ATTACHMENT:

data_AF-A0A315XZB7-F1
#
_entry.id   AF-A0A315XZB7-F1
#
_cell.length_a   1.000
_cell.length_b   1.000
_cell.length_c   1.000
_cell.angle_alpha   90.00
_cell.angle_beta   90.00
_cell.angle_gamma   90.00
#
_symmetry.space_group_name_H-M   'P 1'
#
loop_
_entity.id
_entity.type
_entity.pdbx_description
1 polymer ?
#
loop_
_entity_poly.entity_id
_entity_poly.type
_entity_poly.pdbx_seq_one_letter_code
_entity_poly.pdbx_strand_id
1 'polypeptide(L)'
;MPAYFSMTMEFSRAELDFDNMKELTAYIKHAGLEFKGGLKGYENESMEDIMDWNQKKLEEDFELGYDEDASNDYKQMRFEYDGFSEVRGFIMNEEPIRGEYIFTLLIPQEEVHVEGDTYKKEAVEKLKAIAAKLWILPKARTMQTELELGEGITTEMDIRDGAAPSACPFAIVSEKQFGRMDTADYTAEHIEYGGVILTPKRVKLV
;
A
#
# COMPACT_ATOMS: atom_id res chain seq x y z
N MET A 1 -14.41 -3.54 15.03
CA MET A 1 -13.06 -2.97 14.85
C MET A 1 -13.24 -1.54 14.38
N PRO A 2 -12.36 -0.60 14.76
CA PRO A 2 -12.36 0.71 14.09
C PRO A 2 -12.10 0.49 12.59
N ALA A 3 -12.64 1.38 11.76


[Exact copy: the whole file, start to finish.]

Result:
data_AF-A0A315XZB7-F1
#
_entry.id   AF-A0A315XZB7-F1
#
_cell.length_a   1.000
_cell.length_b   1.000
_cell.length_c   1.000
_cell.angle_alpha   90.00
_cell.angle_beta   90.00
_cell.angle_gamma   90.00
#
_symmetry.space_group_name_H-M   'P 1'
#
loop_
_entity.id
_entity.type
_entity.pdbx_description
1 polymer ?
#
loop_
_entity_poly.entity_id
_entity_poly.type
_entity_poly.pdbx_seq_one_letter_code
_entity_poly.pdbx_strand_id
1 'polypeptide(L)'
;MPAYFSMTMEFSRAELDFDNMKELTAYIKHAGLEFKGGLKGYENESMEDIMDWNQKKLEEDFELGYDEDASNDYKQMRFEYDGFSEVRGFIMNEEPIRGEYIFTLLIPQEEVHVEGDTYKKEAVEKLKAIAAKLWILPKARTMQTELELGEGITTEMDIRDGAAPSACPFAIVSEKQFGRMDTADYTAEHIEYGGVILTPKRVKLV
;
A
#
# COMPACT_ATOMS: atom_id res chain seq x y z
N MET A 1 -14.41 -3.54 15.03
CA MET A 1 -13.06 -2.97 14.85
C MET A 1 -13.24 -1.54 14.38
N PRO A 2 -12.36 -0.60 14.76
CA PRO A 2 -12.36 0.71 14.09
C PRO A 2 -12.10 0.49 12.59
N ALA A 3 -12.64 1.38 11.76